Hot water surface pasteurization of artificially inoculated tomatoes was capable of reducing pathogenic bacteria by 6 logs. Results indicated that this process will enhancing the microbiological safety of tomatoes with no adverse effect on maturation process, and will extend the shelf life of this commodity as well
Chlorine dioxide gas treatment inactivated internalized pathogenic bacteria by at least 4 logs on tomatoes and at least 3 logs on mangoes within one hour of exposure. Optimization of this gaseous treatment for enhancing the microbial safety while maintaining sensory qualities is underway. Gaseous treatments will enhance the microbiological safety of these commodities. Reproducible inoculation protocol of mangoes with human pathogens is being finalized.
New sanitizers made even more effective: Acidified sodium chlorite was shown to reduce Salmonella on sprouting seeds by 3 log units, significantly more effective than calcium hypochlorite. Optimized treatment protocols included extending treatment times up to 45 minutes and employing 800ppm concentrations. Significant advantages of acidified sodium chlorite are that it does not generate toxic (carcinogenic) compounds and its antimicrobial activity remains unaffected when making contact with organic materials. Combination treatments of acidified sodium chlorite plus exposure to a biological control agent (Pseudomonas fluorescens 2-79) for 2 min suppressed the growth of salmonellae to a level of clinical insignificance.
New anti-browning agent improves and quality and safety of fresh-cut apples: Fresh-cut apples are an increasingly popular snack food, but preparation can cause discoloration to apple tissues. Conventional anti-browning solutions can become contaminated with human pathogens such as Listeria monocytogenes, creating a health risk. Sodium acid sulfate (SAS) was compared with conventional anti-browning agents on Granny Smith apple slices. Project research showed that SAS was the most effective compound tested in inhibiting browning. SAS also suppressed microbial growth for 14 days. The information is useful for the fresh-cut produce industry to enhance microbial safety of fresh-cut apples while minimizing browning, and providing a healthy anti-obesity snack-food for consumers. This research is conducted under CRADA project 1935-41420-011-07N.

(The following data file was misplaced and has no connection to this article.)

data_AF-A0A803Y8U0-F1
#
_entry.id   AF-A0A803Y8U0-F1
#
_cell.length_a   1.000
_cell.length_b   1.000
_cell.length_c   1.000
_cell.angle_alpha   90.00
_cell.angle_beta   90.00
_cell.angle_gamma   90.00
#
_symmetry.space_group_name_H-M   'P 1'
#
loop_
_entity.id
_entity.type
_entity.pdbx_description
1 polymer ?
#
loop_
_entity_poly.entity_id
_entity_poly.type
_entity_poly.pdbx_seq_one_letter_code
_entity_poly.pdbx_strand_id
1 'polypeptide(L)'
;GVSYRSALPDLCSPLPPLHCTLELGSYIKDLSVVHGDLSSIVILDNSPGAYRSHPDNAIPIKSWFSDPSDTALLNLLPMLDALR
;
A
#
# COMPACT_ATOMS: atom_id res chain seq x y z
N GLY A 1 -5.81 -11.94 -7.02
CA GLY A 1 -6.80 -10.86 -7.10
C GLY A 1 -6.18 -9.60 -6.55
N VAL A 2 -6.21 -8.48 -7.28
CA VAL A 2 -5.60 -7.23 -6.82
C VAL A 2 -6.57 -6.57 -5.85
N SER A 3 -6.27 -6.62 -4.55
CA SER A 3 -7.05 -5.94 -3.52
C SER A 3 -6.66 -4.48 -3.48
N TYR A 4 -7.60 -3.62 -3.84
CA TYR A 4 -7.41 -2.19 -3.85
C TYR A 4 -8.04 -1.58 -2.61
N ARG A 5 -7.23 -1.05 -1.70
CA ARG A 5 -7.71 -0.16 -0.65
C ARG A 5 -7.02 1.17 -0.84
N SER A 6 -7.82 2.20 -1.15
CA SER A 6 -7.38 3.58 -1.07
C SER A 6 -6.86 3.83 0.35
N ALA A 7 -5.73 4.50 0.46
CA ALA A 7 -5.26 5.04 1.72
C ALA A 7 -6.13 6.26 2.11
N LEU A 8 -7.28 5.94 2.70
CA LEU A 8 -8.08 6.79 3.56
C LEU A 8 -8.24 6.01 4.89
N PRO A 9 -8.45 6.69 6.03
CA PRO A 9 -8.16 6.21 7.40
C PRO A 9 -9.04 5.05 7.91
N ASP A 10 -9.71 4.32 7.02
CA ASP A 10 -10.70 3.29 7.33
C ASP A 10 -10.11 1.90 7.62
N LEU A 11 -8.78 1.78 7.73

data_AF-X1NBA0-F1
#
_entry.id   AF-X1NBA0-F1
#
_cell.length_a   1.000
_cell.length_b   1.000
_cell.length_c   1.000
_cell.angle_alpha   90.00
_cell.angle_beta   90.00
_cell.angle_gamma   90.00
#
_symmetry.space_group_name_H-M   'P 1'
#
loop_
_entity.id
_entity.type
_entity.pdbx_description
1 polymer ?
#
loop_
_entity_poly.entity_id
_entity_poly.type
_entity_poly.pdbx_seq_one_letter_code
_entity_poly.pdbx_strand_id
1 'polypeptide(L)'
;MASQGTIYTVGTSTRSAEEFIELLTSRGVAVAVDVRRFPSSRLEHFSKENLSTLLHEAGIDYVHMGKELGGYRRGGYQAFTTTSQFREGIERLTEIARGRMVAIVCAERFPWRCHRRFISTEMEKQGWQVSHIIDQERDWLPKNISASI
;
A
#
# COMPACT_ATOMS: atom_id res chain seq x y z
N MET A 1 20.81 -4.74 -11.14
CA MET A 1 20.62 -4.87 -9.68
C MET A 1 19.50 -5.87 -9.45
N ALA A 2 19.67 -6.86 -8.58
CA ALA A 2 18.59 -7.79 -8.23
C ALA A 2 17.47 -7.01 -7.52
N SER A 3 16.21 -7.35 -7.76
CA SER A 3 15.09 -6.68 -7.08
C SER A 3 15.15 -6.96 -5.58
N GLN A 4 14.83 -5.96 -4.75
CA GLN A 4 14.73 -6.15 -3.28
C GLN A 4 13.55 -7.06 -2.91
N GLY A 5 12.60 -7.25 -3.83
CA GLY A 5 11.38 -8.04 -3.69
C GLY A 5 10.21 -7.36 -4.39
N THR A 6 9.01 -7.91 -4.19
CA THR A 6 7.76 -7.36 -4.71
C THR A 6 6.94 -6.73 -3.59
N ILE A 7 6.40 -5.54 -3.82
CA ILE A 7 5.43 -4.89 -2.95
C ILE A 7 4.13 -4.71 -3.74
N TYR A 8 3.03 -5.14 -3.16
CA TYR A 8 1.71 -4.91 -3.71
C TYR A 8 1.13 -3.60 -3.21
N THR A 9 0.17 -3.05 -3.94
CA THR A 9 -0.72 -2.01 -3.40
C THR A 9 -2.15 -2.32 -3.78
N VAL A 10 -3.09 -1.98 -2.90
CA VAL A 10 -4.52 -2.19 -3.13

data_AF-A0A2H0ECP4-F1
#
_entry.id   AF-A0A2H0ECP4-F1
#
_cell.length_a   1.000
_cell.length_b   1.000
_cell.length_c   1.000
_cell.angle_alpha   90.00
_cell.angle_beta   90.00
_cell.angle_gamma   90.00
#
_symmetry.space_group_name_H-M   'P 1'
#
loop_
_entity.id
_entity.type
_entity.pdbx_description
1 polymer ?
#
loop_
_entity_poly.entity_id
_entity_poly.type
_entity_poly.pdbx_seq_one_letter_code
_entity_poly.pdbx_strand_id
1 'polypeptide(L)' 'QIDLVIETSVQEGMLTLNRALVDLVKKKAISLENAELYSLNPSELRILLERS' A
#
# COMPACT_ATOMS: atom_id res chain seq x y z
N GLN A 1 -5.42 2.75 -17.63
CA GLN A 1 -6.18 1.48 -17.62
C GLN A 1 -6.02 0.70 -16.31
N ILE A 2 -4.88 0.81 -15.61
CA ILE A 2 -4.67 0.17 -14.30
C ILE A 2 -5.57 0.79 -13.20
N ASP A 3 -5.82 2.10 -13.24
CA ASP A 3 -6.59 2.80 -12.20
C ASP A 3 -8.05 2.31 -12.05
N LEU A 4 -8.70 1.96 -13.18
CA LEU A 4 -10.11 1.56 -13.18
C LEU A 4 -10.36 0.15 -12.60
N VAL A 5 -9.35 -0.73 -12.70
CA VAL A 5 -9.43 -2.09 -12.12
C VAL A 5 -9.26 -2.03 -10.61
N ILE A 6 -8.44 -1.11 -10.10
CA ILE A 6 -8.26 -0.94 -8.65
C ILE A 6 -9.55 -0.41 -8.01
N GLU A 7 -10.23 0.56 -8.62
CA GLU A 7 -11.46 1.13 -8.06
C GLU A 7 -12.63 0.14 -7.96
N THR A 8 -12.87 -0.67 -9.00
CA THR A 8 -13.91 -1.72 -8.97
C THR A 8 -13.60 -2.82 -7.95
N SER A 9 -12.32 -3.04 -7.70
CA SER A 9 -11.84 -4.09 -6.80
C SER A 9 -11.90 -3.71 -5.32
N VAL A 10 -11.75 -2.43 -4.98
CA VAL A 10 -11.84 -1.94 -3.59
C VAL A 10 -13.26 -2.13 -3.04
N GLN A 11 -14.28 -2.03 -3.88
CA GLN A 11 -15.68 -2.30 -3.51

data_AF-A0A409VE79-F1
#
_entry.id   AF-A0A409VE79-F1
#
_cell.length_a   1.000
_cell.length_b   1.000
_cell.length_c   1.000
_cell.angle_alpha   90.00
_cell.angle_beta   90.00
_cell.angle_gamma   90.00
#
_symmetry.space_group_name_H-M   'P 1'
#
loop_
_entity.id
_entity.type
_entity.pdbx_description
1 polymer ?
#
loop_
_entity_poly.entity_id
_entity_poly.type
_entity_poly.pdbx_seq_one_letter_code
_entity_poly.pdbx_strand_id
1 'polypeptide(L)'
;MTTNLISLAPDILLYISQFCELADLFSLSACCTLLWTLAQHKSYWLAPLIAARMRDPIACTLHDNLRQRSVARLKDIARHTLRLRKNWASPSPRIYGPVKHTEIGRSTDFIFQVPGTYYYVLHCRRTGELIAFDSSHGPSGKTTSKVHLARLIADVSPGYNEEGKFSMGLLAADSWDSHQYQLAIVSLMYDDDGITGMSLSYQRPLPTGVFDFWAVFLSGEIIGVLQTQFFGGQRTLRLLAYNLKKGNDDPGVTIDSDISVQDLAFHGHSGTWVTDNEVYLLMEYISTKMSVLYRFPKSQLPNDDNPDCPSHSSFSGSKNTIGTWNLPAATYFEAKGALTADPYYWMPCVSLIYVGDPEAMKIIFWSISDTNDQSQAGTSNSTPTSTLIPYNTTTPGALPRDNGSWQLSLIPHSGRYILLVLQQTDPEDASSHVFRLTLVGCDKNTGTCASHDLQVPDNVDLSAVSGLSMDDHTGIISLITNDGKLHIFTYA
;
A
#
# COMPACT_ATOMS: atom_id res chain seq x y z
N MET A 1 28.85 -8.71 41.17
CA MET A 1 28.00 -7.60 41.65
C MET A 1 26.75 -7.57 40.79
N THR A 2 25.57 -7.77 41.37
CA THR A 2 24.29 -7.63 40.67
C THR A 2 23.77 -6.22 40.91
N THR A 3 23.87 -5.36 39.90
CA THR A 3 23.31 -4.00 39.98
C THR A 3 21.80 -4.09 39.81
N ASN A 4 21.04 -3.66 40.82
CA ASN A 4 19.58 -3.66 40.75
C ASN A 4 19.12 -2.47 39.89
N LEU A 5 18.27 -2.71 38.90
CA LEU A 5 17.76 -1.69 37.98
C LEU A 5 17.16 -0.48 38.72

Thermal treatment yields safer tomatoes: Numerous outbreaks of salmonellosis have been associated with the consumption of fresh tomatoes contaminated with Salmonella. Commercial washing processes for tomatoes are limited in their ability to inactivate and/or remove this human pathogen. Development of hot water surface pasteurization process for enhancing microbiological safety of tomatoes is needed. Reductions in S. Poona populations on artificially inoculated tomatoes following treatments in water at 70C and 20 ppm chlorine solution were 99.999% and only 90%, respectively. These results indicate that surface pasteurization will enhance the microbiological safety of tomatoes with no adverse effect on maturation process, and will extend the shelf life of this commodity as well.
Gas-phase Chlorine Dioxide kills Salmonella on tomatoes: Previous reports from this laboratory indicated that gas-phase chlorine dioxide treatment of surface inoculated cantaloupes with Salmonella Poona was capable of inactivating in excess of 99.99% of the pathogen population. This led to the development and evaluation of chlorine dioxide gas treatment of artificially inoculated tomatoes. This gas treatment yielded in excess of 99.99% reductions in natural microflora and internalized pathogenic bacteria, maintained sensory qualities of this commodity. Currently, experimental protocols with industrial cooperator are being developed for validating this process under commercial production conditions.